The Shadow of Johnny Mandel

RIP to a deep cat, someone who knew his way around the thorny environs of American entertainment and always left beauty in his wake.

Naturally, it was time for a quick rendition of “Suicide is Painless” for all my socials. During quarantine I had done two dozen TV themes, thought that was probably enough, but Johnny Mandel’s passing prompted a gentle encore:

I have been working on Johnny Mandel lately, specifically an appraisal of two of his greatest film scores Harper and Point Blank, to be published in the next issue of Noir City. You’ll have to wait for that, but for now, a few bits and pieces….

Bill Kirchner interviewed Mandel for the Smithsonian.

Marc Myers interviewed Mandel for JazzWax.

From 1958, there is audio of Leonard Feather giving Mandel a blindfold test. Mandel generally impresses with who he recognizes, even though Feather pitches him a few unfair curveballs. Mandel is also strikingly critical: “The recording quality is bad enough to be Norman Granz, who has put the worst sounds on records ever made with probably the best talent involved.”

Thanks to Loren Schoenberg for sending along the relevant pages from DownBeat.

Mandel wrote a few songs that were among the last “standards,” conventional themes generally taken up by jazz singers and instrumentalists. After The Sandpiper was released in theaters, dozens of eminent jazzers recorded “The Shadow of Your Smile.” One of the earliest was by Eddie Harris with Cedar Walton, Ron Carter, and Billy Higgins.

Carter told Mark Stryker, “I got a call from Eddie Harris saying he was going to do a song called “The Shadow of Your Smile” and so far he didn’t have a lead sheet. That was the theme song for the movie The Sandpiper. I was in Boston working with Tony Williams and Gábor Szabó, so I had to go into a theater in Copley Square with a pencil, a pad and a flashlight and write down the melody of this song…”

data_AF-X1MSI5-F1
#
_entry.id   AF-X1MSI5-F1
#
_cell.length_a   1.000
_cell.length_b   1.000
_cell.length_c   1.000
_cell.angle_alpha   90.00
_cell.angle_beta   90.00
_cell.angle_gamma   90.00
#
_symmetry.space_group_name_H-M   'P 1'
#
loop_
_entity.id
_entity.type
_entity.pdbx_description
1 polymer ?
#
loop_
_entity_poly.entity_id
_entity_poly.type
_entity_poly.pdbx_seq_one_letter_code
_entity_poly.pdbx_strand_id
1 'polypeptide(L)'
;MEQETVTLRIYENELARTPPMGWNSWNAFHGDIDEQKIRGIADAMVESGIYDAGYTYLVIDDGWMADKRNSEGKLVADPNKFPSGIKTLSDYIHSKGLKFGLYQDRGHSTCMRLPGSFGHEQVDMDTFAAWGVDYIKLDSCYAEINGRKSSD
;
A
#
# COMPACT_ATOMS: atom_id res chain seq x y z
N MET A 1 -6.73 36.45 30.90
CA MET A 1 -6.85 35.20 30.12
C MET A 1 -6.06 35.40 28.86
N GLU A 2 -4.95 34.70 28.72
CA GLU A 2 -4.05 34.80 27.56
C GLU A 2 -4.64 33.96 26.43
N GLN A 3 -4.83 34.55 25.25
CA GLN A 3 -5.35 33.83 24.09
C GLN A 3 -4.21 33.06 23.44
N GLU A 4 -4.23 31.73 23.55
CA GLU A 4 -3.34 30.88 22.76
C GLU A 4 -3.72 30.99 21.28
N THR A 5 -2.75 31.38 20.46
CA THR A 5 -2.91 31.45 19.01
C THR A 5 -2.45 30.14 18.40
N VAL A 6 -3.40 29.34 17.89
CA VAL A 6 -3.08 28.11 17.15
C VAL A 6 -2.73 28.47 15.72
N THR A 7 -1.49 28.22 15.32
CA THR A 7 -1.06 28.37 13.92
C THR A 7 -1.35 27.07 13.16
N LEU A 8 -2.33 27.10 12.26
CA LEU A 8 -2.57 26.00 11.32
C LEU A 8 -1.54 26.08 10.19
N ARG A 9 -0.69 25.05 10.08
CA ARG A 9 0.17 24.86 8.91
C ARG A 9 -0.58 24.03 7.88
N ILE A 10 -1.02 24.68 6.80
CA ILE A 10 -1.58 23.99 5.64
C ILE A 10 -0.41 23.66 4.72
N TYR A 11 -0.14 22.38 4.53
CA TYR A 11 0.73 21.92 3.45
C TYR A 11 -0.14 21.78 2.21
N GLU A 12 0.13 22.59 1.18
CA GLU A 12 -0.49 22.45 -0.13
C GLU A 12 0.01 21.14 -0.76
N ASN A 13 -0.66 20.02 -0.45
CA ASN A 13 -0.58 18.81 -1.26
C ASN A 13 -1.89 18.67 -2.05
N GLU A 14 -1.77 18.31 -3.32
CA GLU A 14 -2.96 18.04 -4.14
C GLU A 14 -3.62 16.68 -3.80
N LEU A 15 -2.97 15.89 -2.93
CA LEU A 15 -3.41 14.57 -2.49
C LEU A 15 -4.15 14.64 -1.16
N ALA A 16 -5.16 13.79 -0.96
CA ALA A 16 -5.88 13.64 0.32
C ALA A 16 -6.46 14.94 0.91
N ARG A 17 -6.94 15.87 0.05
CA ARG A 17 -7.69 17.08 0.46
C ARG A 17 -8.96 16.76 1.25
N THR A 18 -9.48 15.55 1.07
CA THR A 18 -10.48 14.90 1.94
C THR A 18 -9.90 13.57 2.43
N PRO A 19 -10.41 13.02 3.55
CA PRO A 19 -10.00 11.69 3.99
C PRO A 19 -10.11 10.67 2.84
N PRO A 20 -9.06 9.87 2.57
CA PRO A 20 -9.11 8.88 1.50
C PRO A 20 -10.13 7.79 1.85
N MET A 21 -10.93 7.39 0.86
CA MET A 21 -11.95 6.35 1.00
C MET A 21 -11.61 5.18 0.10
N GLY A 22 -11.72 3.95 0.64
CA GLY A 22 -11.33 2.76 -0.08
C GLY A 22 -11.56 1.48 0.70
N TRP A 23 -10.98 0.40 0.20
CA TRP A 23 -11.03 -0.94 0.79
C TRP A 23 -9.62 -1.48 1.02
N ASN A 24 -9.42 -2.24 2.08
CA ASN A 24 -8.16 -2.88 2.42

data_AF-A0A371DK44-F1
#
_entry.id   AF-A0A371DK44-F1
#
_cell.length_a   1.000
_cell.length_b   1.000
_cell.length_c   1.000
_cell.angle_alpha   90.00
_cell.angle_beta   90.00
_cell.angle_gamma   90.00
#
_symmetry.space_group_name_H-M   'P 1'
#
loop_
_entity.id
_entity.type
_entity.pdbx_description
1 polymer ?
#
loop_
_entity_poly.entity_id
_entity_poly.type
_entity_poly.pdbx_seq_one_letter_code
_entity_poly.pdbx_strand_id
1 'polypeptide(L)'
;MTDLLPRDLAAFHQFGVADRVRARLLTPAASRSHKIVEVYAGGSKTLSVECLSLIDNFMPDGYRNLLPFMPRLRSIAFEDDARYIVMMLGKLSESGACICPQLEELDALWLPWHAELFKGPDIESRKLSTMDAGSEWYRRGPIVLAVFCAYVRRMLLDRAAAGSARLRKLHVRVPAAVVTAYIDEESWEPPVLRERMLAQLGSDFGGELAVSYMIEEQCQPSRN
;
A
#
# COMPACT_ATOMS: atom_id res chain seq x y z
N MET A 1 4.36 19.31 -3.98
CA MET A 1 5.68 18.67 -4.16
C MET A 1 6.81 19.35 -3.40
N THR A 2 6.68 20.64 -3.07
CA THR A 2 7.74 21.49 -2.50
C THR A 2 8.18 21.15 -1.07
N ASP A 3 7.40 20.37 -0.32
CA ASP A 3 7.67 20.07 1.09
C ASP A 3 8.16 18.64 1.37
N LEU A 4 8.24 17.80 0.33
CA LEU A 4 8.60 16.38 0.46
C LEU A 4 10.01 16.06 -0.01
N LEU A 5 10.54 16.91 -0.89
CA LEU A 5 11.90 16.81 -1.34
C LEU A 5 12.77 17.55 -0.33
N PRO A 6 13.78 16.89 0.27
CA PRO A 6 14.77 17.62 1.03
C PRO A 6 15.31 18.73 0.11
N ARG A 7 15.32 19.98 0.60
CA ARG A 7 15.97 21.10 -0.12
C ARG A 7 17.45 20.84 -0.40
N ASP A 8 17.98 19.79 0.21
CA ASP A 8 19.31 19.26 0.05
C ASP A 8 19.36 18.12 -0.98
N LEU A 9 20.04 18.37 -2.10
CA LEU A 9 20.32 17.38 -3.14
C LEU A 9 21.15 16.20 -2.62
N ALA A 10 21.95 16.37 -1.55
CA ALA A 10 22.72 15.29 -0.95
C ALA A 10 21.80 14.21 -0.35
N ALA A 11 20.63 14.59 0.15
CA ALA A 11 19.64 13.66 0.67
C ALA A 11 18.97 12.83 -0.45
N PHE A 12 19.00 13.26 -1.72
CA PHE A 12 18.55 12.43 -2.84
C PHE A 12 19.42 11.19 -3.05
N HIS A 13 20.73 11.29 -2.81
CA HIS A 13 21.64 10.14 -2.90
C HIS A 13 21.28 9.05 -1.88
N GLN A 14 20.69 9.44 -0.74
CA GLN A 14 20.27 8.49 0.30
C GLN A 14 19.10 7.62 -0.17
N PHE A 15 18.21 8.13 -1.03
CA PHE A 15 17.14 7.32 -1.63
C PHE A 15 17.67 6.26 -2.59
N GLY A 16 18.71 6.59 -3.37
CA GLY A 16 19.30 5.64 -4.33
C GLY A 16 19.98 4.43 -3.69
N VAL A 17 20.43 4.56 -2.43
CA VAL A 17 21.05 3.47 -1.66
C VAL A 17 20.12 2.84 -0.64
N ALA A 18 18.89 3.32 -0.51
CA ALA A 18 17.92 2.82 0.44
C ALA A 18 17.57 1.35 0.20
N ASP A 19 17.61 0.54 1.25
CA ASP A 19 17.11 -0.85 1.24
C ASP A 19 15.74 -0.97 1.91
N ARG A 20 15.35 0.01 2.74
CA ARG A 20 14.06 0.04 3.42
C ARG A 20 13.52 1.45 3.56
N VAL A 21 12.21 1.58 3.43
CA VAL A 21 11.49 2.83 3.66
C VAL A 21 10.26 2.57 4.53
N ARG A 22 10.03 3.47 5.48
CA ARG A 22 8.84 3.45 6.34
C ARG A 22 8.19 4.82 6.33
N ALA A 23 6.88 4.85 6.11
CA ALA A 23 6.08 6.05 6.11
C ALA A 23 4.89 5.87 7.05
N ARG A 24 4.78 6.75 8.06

Mandel didn’t begin as a songwriter. He’d be the first one to tell you: He began as an arranger. As an appropriate memorial, Mark Stryker offers a careful listen to Mandel’s arrangement of “In the Still of the Night” for Frank Sinatra.

Two of my favorite Mandel songs have definitive performances. “I Never Told You” is played by Toots Thielemans over Quincy Jones’s sparse orchestration on Walking in Space. Shirley Horn sings and plays “Close Enough for Love” all by herself on the album of the same name.

The correct adjective is “haunting,” which the dictionary defines as, “poignant and evocative; difficult to ignore or forget.” These are the songs and the performances you need at certain points in your life. Don’t worry about finding them: They will find you.

Most of Mandel’s work was for the movies.

In the later 20th century, movies became the great connector in American society. A personal anecdote:

When I was very young I saw Point Blank with Lee Marvin and Angie Dickinson on television. However, I was just too young to understand the expressionist language employed by director John Boorman. Later on, in college, I took a course on film music, and ended up with a copy of Knowing the Score: Notes on Film Music by Irwin Bazelon. Mandel is interviewed in the book, and talks quite a bit about Marvin, Boorman, and Point Blank. Mandel’s comments made me curious, so I rented the VHS tape and watched again. The penny dropped and I started telling everyone I knew that this was one of the greatest movies of all time.

The movie was based on a book by Richard Stark, a name unfamiliar to me. Eventually I found a copy of The Green Eagle Score. Huh. Weird but good. Oh, Stark is a pen name. Who’s Donald E. Westlake?

In time I read all of Westlake, chased him down in person, and produced a major overview after he died. So, one could say that thanks to Johnny Mandel, I met Donald Westlake.

I write many more words about Mandel and his — why not use this adjective once more — haunting score for Point Blank in my forthcoming essay for Noir City.

However, space there didn’t allow for much comment on “Count Source,” a big band chart briefly danced to by Angie Dickinson oncreen.

The two minute cue can be heard on YouTube.

It’s a tribute to his old employer Count Basie, of course, and probably took Mandel all of half an hour to write. Still, “Count Source” is perfectly scored and perfectly played…a reminder of the breadth of American music, especially in those heady post-war years before rock, pop, and eventually hip-hop controlled the market.